Whether you missed your L train and have to wait 20 minutes for the next one or because your AC fell out of your window, you keep it pushing because it is New York City. The city is home to dollar pizza, over 800 languages, and people who love to scream in public.
I was born and raised in Queens, New York. For me, there is an air of pride that comes with claiming this city because New Yorkers are an eclectic breed that can tolerate bustling urban challenges. However, even this New Yorker admits that the city can be overwhelming at times. To remedy the exhaustion, I sometimes scream in public. While this sort of behaviour is not always socially acceptable or understood, screaming in New York City is an exception. Public theatrics are pretty normalized. From increasing rent prices to delayed subways and winter gloom, we sometimes have reason to. In my experience, it can be cathartic, even cinematic. So if you want to get your scream on without scaring anybody, below is a list of the best places in the city to let it all out.
The Brooklyn Bridge connects Manhattan and Brooklyn. It's usually very crowded but you can still scream amid all the chaos; people would probably just assume you're excited to be on the iconic bridge. From Brooklyn, you can access the pedestrian walkway at the intersection of Tillary St and Boerum Place or via the underpass on Washington St. From Manhattan, you can find the entrance along Centre St. The closest subway stops are via the 4, 5, and 6 trains at Brooklyn Bridge–City Hall station; the J or Z train at the Chambers St station; or the R train at City Hall. I also recommend exploring Brooklyn Bridge Park and hopping onto the NYC Ferry from the Fulton Ferry Landing Stop in Brooklyn Bridge Park to return to Manhattan.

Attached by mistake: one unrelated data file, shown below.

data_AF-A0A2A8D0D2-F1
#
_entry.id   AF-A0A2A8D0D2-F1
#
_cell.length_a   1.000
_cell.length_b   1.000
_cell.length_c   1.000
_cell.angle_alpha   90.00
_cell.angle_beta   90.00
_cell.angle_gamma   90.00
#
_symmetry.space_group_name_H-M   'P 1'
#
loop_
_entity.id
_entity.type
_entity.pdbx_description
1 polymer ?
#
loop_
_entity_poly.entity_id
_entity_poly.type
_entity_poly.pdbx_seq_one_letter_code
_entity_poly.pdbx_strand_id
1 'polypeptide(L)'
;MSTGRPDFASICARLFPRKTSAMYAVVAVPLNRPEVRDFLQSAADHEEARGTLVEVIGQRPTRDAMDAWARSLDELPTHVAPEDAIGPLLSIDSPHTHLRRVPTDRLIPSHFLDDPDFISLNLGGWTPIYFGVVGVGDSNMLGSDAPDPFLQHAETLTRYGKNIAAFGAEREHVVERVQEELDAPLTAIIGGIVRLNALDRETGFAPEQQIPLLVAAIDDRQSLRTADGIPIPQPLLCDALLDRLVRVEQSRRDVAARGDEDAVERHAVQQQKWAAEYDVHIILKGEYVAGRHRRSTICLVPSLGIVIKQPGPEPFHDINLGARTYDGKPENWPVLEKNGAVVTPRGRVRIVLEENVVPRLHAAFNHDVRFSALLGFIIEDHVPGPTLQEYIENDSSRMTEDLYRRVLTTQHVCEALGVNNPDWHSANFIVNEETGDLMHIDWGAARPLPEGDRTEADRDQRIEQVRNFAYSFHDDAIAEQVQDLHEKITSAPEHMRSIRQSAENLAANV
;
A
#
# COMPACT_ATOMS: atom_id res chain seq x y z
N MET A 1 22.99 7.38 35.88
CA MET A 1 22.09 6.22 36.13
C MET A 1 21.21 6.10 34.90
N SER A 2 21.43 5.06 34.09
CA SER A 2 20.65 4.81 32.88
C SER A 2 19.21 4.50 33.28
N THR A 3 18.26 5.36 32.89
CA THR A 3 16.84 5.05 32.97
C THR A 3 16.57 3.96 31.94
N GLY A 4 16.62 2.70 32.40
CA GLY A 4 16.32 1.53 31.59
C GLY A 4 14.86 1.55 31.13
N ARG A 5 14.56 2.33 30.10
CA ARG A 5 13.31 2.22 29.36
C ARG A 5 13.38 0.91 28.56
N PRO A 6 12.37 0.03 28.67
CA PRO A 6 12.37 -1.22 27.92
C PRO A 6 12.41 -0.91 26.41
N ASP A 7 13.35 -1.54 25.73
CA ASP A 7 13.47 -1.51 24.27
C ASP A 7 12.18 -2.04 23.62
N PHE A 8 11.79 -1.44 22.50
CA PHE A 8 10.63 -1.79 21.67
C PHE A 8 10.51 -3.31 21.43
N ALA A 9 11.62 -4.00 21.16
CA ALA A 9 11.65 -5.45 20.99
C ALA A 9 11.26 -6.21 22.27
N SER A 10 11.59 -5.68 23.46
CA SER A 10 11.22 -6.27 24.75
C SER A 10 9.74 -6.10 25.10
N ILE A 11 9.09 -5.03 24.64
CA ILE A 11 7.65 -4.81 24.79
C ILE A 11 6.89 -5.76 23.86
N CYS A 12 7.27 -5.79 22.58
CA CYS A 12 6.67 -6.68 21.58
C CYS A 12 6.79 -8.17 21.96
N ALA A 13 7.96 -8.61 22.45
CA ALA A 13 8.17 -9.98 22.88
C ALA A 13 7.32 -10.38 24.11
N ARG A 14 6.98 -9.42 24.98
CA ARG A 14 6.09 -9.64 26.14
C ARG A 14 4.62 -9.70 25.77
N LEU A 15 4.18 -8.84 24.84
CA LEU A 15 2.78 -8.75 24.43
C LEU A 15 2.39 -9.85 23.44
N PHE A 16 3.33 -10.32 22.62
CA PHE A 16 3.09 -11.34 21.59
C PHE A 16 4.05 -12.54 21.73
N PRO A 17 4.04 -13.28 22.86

Any rooftop in the Lower East Side
Located in the southeastern part of Manhattan, the Lower East Side is known for a fusion of both high end and gritty streets. Night-time draws modish young crowds to the area's animated bars, music venues, and restaurants. My pro tip is to simply find an apartment building and walk up a stairway until you find a rooftop and scream your heart out— but only if you are comfortable with some casual trespassing. You can also ask any resident of the building if you can sneak up to a rooftop for a quick skyline glance by giving a sob story; feel free to get creative in the spirit of New York City!
Morningside Park is a public park in Manhattan that expands across the neighborhoods of Harlem and Morningside Heights. The steep hills in the park provide you with a lucrative landscape to both scream and run without being disturbed by others. It also may be the ideal setting for some college students who need to disengage for a bit as it is only a few blocks from Columbia University. The B or C train to Cathedral Parkway–110th St or 116th St can get you to the park. You can also stop and journal your feelings at The Hungarian Pastry Shop, a snug writer’s cafe. It's just a five-minute walk from the Southeast entrance of the park via W 110th St/Cathedral Pkwy.